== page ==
Her warm brown Bambi eyes turned to me, and they were filled with a vulnerability that I hated to see. Colin had really done her in, hadn’t he? When he cheated on her time and again?
‘Livy’ – my tone was unusually strict – ‘Colin is a bastard who never deserved you, but just because he is, it doesn’t mean every man is. You can’t give him that power, and you shouldn’t let your past ruin your future.’
Olivia inhaled deeply and gave me a firm nod. I was slightly surprised at how quickly she absorbed my pep talk. She must really be desperate, I thought. Either way, I gave her no time to change her mind. I strutted over to the two men while Olivia trailed behind me.
The dirty-blond man noticed me first, and the look on his face stroked my ego. He turned his whole body toward me, his thin lips parting. Just like his brown-haired friend, he had a strong, lean build.
‘Hi,’ I greeted and held his gaze as I presented my most lascivious smile. His deep-set eyes were big and a warm shade of brown, like melted chocolate. I loved chocolate.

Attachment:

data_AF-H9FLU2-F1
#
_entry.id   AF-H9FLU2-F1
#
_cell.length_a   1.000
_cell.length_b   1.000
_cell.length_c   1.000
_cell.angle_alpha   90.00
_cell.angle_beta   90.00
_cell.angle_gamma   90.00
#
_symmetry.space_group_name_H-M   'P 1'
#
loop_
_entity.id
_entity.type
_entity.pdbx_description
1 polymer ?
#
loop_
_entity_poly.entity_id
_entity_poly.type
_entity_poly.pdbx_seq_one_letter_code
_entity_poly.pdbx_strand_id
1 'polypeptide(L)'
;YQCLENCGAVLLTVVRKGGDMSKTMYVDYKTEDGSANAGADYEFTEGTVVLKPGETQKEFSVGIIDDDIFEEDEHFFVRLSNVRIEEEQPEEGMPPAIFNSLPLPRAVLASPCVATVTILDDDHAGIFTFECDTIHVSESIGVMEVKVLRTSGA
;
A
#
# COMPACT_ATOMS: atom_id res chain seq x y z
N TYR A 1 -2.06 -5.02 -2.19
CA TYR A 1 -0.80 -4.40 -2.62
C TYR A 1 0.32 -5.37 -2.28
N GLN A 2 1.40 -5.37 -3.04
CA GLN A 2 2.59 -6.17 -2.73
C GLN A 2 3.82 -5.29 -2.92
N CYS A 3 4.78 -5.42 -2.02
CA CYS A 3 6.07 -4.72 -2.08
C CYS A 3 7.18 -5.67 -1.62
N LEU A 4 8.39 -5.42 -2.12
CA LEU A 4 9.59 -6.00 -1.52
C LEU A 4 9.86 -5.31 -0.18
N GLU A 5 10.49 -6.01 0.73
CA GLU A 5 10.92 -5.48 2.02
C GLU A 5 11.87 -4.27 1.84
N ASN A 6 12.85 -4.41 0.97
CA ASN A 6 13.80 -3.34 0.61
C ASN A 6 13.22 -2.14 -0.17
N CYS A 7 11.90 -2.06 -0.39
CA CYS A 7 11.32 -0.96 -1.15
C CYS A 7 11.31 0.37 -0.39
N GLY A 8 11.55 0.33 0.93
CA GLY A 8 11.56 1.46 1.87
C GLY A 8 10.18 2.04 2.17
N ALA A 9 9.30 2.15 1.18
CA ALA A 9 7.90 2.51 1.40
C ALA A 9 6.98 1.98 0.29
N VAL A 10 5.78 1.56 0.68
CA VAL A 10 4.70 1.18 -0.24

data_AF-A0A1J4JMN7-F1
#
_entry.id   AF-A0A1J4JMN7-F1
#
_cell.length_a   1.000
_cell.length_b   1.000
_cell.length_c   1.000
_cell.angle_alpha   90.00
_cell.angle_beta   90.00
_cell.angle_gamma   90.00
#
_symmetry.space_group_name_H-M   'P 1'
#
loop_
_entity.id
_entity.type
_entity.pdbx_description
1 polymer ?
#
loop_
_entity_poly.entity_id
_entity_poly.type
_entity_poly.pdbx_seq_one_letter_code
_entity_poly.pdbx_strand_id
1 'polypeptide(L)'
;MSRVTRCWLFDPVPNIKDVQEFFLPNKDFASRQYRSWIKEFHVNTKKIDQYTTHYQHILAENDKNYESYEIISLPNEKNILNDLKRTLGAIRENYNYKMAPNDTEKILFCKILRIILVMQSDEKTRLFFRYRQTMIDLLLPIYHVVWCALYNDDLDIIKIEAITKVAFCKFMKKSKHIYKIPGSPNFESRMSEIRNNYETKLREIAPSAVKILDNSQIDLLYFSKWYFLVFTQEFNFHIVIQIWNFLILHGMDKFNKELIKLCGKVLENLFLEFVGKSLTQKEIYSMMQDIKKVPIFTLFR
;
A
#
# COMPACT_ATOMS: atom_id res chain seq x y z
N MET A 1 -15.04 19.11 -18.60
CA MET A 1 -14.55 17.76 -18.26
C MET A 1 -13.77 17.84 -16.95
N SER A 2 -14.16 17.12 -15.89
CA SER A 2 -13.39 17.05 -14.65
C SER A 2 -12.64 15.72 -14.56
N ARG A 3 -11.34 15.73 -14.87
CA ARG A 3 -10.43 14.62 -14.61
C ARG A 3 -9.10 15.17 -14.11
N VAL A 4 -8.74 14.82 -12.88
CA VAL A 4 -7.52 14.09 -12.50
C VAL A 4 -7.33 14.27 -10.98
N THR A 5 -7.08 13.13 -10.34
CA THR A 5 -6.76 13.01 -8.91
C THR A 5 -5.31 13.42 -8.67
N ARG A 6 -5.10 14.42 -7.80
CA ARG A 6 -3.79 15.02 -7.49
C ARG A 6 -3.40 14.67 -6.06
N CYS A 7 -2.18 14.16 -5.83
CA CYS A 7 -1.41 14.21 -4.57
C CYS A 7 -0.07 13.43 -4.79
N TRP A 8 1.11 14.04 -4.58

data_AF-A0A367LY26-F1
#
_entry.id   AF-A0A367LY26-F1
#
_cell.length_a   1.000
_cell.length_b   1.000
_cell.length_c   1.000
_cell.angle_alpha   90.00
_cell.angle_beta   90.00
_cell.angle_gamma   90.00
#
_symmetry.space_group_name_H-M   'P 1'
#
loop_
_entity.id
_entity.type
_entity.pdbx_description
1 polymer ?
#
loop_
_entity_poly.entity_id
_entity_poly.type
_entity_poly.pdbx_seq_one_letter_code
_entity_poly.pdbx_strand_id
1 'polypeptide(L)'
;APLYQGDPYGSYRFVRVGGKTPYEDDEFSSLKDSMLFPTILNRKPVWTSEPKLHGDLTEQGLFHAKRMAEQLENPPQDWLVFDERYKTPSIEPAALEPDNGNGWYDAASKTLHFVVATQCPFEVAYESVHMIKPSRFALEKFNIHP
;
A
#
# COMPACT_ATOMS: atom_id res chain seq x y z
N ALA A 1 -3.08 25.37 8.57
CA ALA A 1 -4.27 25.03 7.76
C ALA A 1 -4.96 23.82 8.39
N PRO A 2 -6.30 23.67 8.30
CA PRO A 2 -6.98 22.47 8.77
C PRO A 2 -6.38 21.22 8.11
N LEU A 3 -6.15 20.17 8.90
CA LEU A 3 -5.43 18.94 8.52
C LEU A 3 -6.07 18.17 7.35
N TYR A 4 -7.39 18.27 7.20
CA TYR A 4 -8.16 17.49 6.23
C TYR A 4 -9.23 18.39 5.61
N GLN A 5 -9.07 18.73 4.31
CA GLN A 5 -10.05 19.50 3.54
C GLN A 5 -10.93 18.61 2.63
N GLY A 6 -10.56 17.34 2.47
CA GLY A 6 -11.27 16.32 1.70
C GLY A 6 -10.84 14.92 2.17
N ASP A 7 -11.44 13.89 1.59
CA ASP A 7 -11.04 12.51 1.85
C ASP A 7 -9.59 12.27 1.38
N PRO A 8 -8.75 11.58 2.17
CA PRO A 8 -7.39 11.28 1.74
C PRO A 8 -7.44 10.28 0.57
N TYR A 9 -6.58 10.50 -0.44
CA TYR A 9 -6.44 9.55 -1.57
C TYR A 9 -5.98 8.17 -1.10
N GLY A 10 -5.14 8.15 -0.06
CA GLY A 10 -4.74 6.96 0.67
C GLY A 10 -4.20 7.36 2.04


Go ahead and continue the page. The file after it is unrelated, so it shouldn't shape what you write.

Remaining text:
I tilted my head, studying him. He was gorgeous.
When he didn’t respond, I continued, ‘I’m sorry to interrupt your conversation, but my friend and I were wondering if we could buy you guys a drink.’
‘We’re not interested,’ a dreadfully sensual voice intervened.
I looked over and locked eyes with the man Olivia had laid her favour with. They were light-blue and strangely familiar. Dark brown eyebrows ran in nearly straight lines above them, and the shadow they provided amplified his alluring and mysterious aura.
Had I met him before?
A frown formed on my face. I could have sworn I had seen him somewhere.